County Adopts Ordinance Related to Residential Electric Vehicle Infrastructure

County Adopts Ordinance Related to Residential Electric Vehicle Infrastructure

The Leon County Commission recently adopted the proposed Electric Vehicle (EV) Ready Ordinance.

The purpose of the ordinance is to facilitate the use of EVs and further establish a convenient, cost-effective electric vehicle infrastructure that will also accommodate future technological advancement county-wide.

The ordinance was adopted in a 5-1 vote with Commissioner Bill Proctor in opposition and Commissioner Jimbo Jackson out of chambers.

The new rule will apply to all residential and commercial developments and includes the following:

-For townhomes or multifamily development providing more than three individual units and containing separate garages, EV readiness would consist of a 240-volt outlet within the garage available for future use.

-For multifamily units with surface parking lots or multi-level parking garages, EV readiness would consist of the electrical capacity for a future charging station installed for 10% of the required parking spaces.

-For commercial development with over 25 parking spaces, EV readiness would consist of the electrical capacity for a future charging station installed for 10% of the required parking spaces.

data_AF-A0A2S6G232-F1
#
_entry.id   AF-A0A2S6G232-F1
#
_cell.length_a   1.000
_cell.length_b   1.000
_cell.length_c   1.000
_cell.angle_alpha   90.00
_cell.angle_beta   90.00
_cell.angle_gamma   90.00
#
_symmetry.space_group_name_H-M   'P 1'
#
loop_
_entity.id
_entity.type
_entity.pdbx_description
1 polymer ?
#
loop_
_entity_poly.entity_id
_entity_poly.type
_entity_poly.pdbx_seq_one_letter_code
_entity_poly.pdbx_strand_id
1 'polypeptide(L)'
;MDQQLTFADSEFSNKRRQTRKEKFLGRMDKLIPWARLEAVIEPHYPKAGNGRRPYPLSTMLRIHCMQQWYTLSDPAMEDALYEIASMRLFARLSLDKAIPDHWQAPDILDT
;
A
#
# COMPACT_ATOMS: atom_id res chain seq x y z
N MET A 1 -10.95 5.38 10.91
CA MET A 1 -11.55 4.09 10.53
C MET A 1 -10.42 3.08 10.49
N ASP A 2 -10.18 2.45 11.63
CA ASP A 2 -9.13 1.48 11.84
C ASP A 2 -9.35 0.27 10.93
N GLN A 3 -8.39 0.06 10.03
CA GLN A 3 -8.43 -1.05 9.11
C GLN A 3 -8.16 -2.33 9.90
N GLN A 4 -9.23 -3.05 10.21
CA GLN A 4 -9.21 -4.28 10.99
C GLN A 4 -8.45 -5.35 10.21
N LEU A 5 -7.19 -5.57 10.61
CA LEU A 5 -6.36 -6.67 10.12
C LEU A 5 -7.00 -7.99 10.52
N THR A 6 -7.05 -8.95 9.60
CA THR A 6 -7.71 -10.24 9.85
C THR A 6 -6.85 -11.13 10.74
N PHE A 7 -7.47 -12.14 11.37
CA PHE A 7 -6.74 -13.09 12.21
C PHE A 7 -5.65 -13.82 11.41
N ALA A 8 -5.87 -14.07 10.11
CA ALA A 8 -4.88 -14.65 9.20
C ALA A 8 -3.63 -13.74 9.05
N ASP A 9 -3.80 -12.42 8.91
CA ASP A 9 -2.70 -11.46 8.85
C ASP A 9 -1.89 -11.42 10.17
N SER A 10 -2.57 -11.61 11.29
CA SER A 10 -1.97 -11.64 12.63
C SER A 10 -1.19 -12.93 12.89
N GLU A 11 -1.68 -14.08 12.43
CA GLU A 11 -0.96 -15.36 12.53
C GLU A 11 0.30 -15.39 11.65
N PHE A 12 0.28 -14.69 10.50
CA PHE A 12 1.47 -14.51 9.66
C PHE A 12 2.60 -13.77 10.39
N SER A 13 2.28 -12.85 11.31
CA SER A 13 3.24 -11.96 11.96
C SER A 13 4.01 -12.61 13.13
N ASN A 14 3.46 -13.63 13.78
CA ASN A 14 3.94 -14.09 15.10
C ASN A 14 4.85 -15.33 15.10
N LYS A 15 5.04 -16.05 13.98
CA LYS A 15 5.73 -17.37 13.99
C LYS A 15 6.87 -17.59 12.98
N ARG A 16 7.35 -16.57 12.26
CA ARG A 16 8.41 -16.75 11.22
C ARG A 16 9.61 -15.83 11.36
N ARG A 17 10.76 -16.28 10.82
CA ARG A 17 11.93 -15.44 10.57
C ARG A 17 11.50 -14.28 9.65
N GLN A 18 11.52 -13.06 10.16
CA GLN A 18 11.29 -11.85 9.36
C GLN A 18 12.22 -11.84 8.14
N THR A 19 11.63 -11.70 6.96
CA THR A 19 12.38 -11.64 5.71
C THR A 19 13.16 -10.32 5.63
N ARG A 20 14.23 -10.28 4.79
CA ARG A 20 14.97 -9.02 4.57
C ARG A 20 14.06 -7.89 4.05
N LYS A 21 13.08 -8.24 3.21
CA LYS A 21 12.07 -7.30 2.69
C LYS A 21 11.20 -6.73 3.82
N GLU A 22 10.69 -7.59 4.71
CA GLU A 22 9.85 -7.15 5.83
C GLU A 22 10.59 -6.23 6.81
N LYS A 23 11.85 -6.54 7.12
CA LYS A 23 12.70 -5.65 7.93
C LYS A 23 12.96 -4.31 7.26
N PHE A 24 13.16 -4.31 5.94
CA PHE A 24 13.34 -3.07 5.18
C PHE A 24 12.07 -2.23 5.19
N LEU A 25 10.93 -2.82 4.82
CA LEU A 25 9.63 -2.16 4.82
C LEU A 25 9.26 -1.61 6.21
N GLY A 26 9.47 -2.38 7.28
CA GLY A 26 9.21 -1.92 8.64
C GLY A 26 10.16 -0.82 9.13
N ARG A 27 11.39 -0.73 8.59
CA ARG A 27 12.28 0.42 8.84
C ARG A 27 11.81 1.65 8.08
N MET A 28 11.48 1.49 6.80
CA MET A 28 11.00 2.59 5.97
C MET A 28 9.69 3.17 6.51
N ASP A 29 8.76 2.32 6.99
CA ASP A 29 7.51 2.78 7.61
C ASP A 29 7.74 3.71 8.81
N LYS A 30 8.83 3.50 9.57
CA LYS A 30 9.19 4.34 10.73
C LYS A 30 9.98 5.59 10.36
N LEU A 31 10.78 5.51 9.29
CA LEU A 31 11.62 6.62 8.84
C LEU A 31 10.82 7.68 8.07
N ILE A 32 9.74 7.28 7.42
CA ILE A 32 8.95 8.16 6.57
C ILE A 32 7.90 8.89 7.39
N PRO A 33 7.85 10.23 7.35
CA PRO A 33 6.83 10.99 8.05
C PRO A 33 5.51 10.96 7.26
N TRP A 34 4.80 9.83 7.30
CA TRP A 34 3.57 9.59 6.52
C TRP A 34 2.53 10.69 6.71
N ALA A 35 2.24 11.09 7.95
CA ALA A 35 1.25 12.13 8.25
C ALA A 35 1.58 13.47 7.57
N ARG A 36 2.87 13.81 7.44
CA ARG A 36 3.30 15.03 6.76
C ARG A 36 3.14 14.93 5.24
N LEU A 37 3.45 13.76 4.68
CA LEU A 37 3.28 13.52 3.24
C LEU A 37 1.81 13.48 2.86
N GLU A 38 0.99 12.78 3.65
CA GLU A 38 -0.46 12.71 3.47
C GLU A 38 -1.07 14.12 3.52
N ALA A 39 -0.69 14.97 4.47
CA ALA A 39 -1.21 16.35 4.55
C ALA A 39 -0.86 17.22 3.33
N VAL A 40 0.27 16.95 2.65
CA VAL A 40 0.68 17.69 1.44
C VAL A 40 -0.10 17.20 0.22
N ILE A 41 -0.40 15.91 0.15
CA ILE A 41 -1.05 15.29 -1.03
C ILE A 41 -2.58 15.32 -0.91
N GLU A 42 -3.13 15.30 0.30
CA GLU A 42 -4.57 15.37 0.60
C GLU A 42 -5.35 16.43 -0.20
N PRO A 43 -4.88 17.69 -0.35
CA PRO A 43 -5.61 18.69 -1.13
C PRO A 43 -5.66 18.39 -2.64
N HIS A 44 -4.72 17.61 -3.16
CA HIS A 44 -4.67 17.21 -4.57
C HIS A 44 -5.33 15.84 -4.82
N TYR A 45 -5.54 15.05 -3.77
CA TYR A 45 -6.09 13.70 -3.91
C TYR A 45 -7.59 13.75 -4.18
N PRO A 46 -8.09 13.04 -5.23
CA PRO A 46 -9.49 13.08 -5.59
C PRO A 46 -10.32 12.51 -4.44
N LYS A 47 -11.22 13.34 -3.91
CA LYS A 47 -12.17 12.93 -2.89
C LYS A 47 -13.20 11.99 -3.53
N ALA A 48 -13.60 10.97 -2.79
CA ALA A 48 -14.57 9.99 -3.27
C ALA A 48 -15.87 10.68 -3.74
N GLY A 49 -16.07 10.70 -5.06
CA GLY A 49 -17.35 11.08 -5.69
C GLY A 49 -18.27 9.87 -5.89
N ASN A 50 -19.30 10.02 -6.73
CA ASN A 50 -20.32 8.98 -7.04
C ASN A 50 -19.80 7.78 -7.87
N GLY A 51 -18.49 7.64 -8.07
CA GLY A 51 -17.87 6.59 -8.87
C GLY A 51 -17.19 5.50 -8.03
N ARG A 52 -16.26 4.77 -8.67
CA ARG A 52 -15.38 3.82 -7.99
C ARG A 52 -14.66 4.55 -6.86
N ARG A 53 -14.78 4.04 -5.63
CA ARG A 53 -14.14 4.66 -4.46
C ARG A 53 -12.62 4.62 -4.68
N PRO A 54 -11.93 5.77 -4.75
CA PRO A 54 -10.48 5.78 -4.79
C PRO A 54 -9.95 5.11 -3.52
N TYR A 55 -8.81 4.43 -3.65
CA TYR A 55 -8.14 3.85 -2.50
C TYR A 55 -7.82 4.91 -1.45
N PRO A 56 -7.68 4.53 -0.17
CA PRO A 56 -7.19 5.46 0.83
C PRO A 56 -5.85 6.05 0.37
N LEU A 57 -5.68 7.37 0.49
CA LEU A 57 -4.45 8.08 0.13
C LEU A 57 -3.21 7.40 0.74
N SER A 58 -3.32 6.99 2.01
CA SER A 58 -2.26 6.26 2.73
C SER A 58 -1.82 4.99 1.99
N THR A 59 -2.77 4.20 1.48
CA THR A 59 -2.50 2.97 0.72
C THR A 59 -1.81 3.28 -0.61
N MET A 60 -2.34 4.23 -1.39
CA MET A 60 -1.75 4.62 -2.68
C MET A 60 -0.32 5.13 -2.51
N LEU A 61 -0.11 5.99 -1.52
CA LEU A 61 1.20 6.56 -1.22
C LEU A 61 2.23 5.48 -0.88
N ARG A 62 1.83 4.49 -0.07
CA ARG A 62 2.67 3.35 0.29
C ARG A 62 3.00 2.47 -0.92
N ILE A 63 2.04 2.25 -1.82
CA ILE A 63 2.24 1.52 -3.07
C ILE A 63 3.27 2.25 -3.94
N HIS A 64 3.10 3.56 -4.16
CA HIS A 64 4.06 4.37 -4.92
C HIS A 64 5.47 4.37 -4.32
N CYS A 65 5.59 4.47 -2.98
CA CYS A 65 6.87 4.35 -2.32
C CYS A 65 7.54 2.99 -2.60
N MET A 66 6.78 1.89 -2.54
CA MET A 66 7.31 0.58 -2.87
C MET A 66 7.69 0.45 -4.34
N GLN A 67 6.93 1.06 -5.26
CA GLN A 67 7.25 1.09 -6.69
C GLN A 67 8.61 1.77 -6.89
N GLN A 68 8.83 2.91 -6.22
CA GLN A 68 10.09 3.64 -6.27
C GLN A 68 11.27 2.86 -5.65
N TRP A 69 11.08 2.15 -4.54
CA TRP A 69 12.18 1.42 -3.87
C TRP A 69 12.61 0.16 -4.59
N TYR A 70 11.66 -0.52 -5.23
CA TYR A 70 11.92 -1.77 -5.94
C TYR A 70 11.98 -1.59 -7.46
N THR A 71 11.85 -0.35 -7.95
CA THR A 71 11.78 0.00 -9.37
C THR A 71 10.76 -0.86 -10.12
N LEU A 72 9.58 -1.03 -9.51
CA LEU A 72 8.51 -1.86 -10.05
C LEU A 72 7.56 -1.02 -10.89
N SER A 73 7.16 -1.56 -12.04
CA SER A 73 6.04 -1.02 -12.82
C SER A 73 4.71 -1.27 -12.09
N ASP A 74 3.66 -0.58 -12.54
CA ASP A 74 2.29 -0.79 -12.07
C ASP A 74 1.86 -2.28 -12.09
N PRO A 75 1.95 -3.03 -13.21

For most construction projects, EV readiness is estimated to add about $500 – $700 at the point of construction to install the necessary electrical capacity and conduit to a single charging station location.

Many commissioners, including Commissioner Rick Minor, were highly enthusiastic about the new ordinance. Minor told WFSU that he has high hopes “that in three to four years, these thresholds might be too low” and that the commission can reevaluate and increase the thresholds.

The commission discussed how necessary EV infrastructure is and that the lack of charging infrastructure is a primary reason citizens do not adopt EVs. It is estimated that installing the charging hook-ups or stations during construction saves 75% in retrofit costs after the fact.

All but one commissioner in attendance supported the ordinance. Proctor, as previously mentioned, was against the rule, “Equity would be better served if the language was inclusive of Commissioner Jackson’s district and Commissioner Proctor’s district.”

Proctor went on to cite the various locations of current charging stations. He noted that all of the stations are located on the north side. Proctor indicated that he would not support the changes in the ordinance because he believes it is not equitable.

Ultimately, the ordinance passed in a 5-1 vote.

17 Responses to "County Adopts Ordinance Related to Residential Electric Vehicle Infrastructure"

  1. How is the electricity to charge the EVs generated? Fossil fuels like coal and natural gas.

    You are accomplishing nothing except increasing the cost of building housing. Who will pay for the electricity?

  2. (Exodus 20:12) is “Honor your father and mother, that your days may be long in the land the Lord your God is giving you.”